With about 30 hours to go until the election polls close in most of the key states, President Trump and his aides are saying that they will challenge votes not counted by midnight – or something close to that — based on some far-fetched claims about widespread fraud linked to mail-in ballots.

On ABC, controversial Trump adviser Jason Miller signaled a legal battle against ballots not yet counted by Tuesday. “If you speak with many smart Democrats, they believe that President Trump will be ahead on election night … And then they’re going to try to steal it back after the election,” he said.

Trump claimed on Sunday that all votes counted in the hours and days after midnight tomorrow will be suspect and subject to court challenges. Trump hopes that he will enjoy early leads in key states based on votes cast at polling places. Mostly the president is targeting the Democrats’ strong point — early voting and absentee voting, where the ballots are counted late into the night, or later. In making these claims – similar to his 2016 rhetoric about a “rigged” election – the president seems willing to delete many of the record 93 million-plus votes cast prior to Election Day.

In particular, Trump is obsessed with Pennsylvania, suggesting that 10,000 illegitimate votes for Joe Biden may be delivered through sleight-of-hand by the Democratic Gov. Tom Wolf as the vote-counting drags on. But governors play no role in the ballot-counting process. Plus 10,000 votes (as wild as that prediction seems) is surely not enough to sway the election when polls show Joe Biden is expected to win the Keystone State by perhaps millions of votes.

Presidential historian Michael Beschloss, belittling Trump’s fantasy that vote-counting after midnight is suspect, offered this on Twitter: “We did not know Presidential winner for certain before midnight on election nights in 1960, 1968, 1976, 2000, 2004, 2016. No one should pretend there would be anything historically unusual if that happens again in 2020.”

Vote counting past midnight is routine in Michigan

To be clear, news organizations make early state-by-state election projections. Those declarations are based on analysis of results in definitive counties, and even down to clusters of precincts. They do not reflect anywhere near 100 percent of election results.

In addition, the Constitution specifically gives states control of their individual election process. Federal law then creates a “safe harbor” period of five weeks to permit states to certify results.

In Michigan, every large county has several communities that report their results past midnight – sometimes well past midnight. In 2016, despite a relatively low turnout in Michigan, projections showing a narrow win by Trump were not available until nearly 3 a.m. Vote-counting was not completed until early evening the day after the election.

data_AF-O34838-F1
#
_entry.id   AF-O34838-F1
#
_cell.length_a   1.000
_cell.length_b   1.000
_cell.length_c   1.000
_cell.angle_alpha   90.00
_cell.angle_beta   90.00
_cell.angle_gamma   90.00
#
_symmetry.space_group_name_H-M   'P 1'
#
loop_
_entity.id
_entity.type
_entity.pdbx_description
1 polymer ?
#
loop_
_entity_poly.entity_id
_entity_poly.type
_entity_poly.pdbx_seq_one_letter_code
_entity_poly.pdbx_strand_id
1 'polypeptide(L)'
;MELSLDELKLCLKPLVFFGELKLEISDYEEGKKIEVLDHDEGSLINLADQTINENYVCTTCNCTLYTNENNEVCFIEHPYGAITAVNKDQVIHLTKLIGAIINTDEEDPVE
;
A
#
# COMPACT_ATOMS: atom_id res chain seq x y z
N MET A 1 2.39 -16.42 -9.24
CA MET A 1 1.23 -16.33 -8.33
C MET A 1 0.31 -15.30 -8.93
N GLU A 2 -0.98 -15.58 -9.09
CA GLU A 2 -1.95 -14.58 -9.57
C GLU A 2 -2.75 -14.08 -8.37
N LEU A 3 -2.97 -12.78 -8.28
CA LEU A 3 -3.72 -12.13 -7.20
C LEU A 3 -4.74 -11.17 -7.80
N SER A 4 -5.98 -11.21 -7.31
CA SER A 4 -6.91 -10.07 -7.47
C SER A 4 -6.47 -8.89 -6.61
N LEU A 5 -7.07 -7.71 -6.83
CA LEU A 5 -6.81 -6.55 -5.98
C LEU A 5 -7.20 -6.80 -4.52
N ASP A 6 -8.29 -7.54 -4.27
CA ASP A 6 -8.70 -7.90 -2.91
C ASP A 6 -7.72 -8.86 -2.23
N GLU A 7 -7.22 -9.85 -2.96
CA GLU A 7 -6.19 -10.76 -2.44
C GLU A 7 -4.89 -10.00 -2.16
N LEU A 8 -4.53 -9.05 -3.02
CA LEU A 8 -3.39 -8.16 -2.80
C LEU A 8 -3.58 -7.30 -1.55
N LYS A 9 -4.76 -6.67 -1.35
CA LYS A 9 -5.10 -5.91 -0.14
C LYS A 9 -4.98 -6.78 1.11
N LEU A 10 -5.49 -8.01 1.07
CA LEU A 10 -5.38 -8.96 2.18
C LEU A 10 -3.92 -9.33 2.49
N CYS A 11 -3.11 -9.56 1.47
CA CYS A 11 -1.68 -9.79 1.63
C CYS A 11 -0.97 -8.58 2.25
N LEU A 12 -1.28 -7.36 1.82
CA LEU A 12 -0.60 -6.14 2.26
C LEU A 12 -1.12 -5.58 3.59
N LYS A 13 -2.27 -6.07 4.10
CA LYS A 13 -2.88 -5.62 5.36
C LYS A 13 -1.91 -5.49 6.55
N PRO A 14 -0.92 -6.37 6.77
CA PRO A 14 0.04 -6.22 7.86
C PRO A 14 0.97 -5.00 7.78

Yet, here is what Trump said about his strategy for Tuesday when vote-counting is expected to drag into Wednesday and Thursday: “Now, I don’t know if that’s going to be changed, because we’re going to go in the night of — as soon as that election is over, we’re going in with our lawyers.”

Trump depending on an army of lawyers

In 2000, many Americans were dismayed when an army of lawyers gradually descended on Florida during the Sunshine State’s lengthy, disputed vote count. Trump’s 2020 plan to launch legal challenges in several states, regardless of the presidential election margins, will establish a routine procedure on election night of court fights within hours of the poll closures in the battleground states.

Ben Ginsberg, a longtime election lawyer for the GOP who led the 2000 effort to preserve George W. Bush’s win in Florida, has denounced Trump’s approach to challenge Tuesday’s election results.

The president’s “only solution has been to launch an all-out, multimillion-dollar effort to disenfranchise voters — first by seeking to block state laws to ease voting during the pandemic, and now, in the final stages of the campaign, by challenging the ballots of individual voters unlikely to support him,” Ginsberg said.

“… Proof of systematic fraud has become the Loch Ness Monster of the Republican Party. People have spent a lot of time looking for it, but it doesn’t exist.

If Trump somehow succeeds in his plot to invalidate absentee votes in selected states, tens of millions of Trump voters’ ballots could also be set aside and possibly tossed away. Also facing possible disenfranchisement are U.S. military troops overseas, who are traditionally allowed extra time — in some states the extension goes to late November – to get their ballots through the mail to their local election clerk back home. Four years ago, 252,000 military ballots were cast as absentees, and that number could be much higher this time.

In a floundering approach to maintain his perch in the White House, maybe the president hasn’t really thought through this whole approach of trying to negate tens of millions of ballots cast.